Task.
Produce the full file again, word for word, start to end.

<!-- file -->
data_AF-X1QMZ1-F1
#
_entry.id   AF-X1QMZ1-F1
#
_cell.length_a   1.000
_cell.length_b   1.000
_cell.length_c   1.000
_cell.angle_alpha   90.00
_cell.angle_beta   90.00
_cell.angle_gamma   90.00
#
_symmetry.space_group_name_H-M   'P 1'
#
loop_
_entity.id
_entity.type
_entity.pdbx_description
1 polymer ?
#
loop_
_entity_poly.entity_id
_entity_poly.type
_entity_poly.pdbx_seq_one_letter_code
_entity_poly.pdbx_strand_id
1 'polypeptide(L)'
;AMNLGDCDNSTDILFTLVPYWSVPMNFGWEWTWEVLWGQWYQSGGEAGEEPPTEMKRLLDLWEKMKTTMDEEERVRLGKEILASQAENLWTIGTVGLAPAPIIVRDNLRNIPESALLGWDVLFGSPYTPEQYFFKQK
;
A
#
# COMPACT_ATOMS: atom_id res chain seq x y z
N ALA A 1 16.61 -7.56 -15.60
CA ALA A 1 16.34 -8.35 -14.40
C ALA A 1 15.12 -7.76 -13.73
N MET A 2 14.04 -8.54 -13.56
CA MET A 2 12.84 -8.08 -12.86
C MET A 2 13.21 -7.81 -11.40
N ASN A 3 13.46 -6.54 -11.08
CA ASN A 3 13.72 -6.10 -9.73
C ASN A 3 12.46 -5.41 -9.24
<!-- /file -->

data_AF-X1QMZ1-F1
#
_entry.id   AF-X1QMZ1-F1
#
_cell.length_a   1.000
_cell.length_b   1.000
_cell.length_c   1.000
_cell.angle_alpha   90.00
_cell.angle_beta   90.00
_cell.angle_gamma   90.00
#
_symmetry.space_group_name_H-M   'P 1'
#
loop_
_entity.id
_entity.type
_entity.pdbx_description
1 polymer ?
#
loop_
_entity_poly.entity_id
_entity_poly.type
_entity_poly.pdbx_seq_one_letter_code
_entity_poly.pdbx_strand_id
1 'polypeptide(L)'
;AMNLGDCDNSTDILFTLVPYWSVPMNFGWEWTWEVLWGQWYQSGGEAGEEPPTEMKRLLDLWEKMKTTMDEEERVRLGKEILASQAENLWTIGTVGLAPAPIIVRDNLRNIPESALLGWDVLFGSPYTPEQYFFKQK
;
A
#
# COMPACT_ATOMS: atom_id res chain seq x y z
N ALA A 1 16.61 -7.56 -15.60
CA ALA A 1 16.34 -8.35 -14.40
C ALA A 1 15.12 -7.76 -13.73
N MET A 2 14.04 -8.54 -13.56
CA MET A 2 12.84 -8.08 -12.86
C MET A 2 13.21 -7.81 -11.40
N ASN A 3 13.46 -6.54 -11.08
CA ASN A 3 13.72 -6.10 -9.73
C ASN A 3 12.46 -5.41 -9.24